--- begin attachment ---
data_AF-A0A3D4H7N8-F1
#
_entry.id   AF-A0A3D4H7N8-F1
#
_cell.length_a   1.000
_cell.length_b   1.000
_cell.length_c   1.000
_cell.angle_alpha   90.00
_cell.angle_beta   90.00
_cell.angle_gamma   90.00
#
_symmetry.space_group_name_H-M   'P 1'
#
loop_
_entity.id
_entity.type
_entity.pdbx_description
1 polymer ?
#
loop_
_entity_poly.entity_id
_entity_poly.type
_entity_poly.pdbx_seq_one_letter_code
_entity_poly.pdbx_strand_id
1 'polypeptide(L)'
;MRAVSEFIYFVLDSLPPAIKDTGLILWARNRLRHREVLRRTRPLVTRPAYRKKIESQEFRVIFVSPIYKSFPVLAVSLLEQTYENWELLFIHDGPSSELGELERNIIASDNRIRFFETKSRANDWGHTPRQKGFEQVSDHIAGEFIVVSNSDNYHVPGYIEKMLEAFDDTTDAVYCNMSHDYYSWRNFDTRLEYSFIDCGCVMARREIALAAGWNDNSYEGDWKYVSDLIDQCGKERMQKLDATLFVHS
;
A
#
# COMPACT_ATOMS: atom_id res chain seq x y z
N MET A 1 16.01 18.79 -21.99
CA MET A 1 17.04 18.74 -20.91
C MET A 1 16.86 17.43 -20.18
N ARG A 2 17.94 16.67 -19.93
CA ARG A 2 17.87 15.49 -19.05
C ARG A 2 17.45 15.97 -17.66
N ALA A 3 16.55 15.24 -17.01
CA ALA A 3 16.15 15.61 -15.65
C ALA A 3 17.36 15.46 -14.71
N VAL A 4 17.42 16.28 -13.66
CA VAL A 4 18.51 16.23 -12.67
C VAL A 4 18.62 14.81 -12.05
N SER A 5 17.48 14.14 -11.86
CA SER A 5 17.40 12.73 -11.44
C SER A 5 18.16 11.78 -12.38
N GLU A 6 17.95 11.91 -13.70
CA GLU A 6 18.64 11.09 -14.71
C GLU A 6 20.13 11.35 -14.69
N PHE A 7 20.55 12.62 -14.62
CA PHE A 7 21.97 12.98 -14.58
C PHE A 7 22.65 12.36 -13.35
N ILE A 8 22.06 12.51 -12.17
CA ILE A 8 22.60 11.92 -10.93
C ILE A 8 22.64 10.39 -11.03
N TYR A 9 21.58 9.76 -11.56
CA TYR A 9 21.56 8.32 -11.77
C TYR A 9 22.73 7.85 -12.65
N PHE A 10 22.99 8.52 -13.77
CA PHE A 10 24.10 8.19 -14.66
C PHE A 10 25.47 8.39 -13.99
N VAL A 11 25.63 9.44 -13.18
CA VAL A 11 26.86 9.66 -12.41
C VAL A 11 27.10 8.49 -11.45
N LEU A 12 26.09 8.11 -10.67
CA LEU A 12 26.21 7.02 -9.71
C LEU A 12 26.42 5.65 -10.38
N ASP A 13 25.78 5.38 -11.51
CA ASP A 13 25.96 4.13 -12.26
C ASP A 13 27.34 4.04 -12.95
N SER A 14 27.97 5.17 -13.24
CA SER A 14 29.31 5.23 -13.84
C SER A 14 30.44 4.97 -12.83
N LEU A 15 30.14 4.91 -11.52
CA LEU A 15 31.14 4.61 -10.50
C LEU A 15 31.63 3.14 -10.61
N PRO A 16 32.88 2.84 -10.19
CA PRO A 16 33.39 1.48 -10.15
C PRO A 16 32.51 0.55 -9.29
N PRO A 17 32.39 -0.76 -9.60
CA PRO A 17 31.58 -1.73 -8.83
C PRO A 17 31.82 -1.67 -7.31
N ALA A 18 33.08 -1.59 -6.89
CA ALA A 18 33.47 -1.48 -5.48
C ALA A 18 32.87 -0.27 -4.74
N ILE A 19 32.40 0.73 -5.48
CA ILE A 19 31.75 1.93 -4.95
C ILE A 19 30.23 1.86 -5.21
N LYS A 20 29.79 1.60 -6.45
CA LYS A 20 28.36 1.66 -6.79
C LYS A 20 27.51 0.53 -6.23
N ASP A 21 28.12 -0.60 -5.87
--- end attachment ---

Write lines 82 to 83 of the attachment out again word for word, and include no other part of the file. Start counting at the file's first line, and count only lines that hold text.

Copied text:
N ALA A 18 33.08 -1.59 -6.89
CA ALA A 18 33.47 -1.48 -5.48